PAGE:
It pays for companies to back up data

It pays for companies to back up data

SINGAPORE - If the phrase "it won't happen to me" is your company's attitude towards data back-up, it's time for a rethink.

During a survey of Singapore companies, more than seven in 10 said they had experienced some form of data loss or downtime over a one-year period.

The main reason cited was hardware failure, and nearly half of the 250 companies surveyed said such issues had led to a drop in employee productivity.

Even more worrying is that around eight in 10 of the companies surveyed said they were not confident they could fully recover their systems or data.

Sharing these figures from a study conducted in 2012, Mr Pushpendra Kumar Gupta, a senior director and chief architect for the Asia Pacific and Japan at EMC, stressed that when companies lose data, it goes beyond just dollars and cents.

"There's also a loss of customer confidence and loyalty. For example, if you are a bank and your customers are not able to use the ATM to withdraw money, there's a loss of trust," said Mr Gupta, who is from the data storage company's data protection and availability division.

He was speaking ahead of World Backup Day, which is being observed today as part of an online campaign to raise awareness of the importance of data backup and preservation.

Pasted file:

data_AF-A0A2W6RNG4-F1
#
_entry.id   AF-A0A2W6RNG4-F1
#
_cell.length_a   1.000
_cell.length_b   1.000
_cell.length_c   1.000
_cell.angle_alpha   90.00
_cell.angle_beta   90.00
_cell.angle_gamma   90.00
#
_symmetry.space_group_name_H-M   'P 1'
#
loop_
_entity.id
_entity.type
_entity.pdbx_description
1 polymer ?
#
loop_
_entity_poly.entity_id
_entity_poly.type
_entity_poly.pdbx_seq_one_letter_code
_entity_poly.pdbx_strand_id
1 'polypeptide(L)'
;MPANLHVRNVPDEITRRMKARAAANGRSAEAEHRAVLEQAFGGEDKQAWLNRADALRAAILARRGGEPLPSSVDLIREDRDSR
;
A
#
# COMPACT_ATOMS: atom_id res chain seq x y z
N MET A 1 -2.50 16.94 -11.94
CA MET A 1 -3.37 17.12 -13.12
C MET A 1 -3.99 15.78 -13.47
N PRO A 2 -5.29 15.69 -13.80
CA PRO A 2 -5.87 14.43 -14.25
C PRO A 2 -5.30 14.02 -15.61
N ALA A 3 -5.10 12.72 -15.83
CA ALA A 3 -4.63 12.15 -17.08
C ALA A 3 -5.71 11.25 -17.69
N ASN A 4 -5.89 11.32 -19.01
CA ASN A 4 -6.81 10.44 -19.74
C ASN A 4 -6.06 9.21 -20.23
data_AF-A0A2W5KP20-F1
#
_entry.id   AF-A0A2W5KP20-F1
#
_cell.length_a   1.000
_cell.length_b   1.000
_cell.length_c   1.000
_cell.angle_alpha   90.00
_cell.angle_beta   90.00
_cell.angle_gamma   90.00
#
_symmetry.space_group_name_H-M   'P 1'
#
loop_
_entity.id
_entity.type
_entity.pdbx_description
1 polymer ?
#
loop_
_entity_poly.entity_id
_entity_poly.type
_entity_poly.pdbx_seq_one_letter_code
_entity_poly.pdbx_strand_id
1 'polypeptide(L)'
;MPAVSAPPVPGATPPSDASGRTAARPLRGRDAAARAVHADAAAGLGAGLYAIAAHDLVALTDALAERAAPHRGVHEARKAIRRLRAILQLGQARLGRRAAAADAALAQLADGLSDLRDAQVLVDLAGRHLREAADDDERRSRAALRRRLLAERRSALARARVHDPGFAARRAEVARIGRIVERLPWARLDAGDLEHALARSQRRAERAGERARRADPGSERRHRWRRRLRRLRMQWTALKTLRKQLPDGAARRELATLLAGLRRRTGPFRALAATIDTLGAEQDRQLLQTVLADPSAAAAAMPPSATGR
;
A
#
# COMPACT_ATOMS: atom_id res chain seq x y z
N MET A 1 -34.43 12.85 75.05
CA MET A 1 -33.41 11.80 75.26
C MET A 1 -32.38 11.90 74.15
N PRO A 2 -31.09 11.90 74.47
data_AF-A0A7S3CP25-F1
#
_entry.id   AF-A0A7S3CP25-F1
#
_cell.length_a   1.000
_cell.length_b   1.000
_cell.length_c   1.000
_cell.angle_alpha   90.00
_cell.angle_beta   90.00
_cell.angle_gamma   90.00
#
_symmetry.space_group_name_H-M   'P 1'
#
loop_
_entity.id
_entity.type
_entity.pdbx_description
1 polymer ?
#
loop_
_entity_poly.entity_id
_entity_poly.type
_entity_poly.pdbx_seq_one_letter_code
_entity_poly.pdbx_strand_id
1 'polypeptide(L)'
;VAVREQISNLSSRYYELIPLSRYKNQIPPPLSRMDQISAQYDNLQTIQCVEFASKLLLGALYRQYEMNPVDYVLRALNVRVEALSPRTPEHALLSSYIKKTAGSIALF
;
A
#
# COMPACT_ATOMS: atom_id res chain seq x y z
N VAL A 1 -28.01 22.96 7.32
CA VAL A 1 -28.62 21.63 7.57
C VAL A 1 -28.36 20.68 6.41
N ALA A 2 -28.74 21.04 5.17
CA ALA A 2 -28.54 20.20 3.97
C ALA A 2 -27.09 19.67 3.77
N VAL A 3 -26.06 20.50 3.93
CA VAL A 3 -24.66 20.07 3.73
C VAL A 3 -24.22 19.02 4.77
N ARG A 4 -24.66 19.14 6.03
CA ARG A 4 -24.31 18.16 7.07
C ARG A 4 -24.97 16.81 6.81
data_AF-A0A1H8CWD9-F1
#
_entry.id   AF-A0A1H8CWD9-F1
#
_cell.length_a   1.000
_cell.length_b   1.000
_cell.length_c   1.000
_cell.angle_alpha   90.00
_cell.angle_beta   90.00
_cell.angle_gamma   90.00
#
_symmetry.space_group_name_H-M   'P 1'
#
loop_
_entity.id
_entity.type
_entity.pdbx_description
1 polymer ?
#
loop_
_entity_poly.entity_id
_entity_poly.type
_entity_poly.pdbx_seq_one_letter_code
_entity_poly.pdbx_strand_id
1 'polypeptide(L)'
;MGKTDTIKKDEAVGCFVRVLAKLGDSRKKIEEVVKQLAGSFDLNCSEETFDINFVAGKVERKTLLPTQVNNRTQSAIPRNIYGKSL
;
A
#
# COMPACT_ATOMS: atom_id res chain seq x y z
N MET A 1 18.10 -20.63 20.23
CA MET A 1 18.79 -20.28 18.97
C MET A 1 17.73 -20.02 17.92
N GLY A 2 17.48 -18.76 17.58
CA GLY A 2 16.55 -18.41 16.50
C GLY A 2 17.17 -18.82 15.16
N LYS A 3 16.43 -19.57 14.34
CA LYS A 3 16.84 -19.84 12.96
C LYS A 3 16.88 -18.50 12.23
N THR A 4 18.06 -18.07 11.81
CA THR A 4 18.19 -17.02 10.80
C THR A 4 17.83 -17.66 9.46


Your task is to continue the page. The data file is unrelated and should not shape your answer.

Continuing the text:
While losses are difficult to quantify, Mr Gupta estimates they could range from US$700,000 (S$881,000) to US$1 million a day globally. Backing up one's data is becoming increasingly important, it seems.

Data, whether it is generated from people or enterprises, will grow exponentially, and businesses must keep up by having a proper backup and restoration system in place, said Mr Gupta.

"Everything is coming in digital form, and paper is going away. For example, chest X-rays are digitised now, and one X-ray takes up 40GB. A 30-minute magnetic resonance imaging (MRI) procedure will generate 700GB of data," he said.

Backup and recovery technology is also critical when a company's IT system comes under attack from hackers.

"Even if your website has been defaced, for example, it boils down to how quickly you can restore your applications and have the business up and running again," Mr Gupta noted.

When asked why some companies take a casual approach to backup, he said investing in a backup system is like "insurance" and firms are reluctant to find the budget for it - until the day disaster strikes.

Still, it looks like even smaller businesses are cottoning on now.

Mr Tan Fang Wai, 27, technical director of SecureAX, which manages the e-commerce and security system for Tracyeinny, said it started doing this for the Singapore-based online fashion retailer in 2012.

The system helped when hackers defaced the retailer's website six months ago: The firm was able to restore the site in just 15 minutes.

Mr Tan said: "With a real-time backup system, we were able to restore the website back to the time-stamp when it was okay. Later, we zeroed in on the source of the attack."

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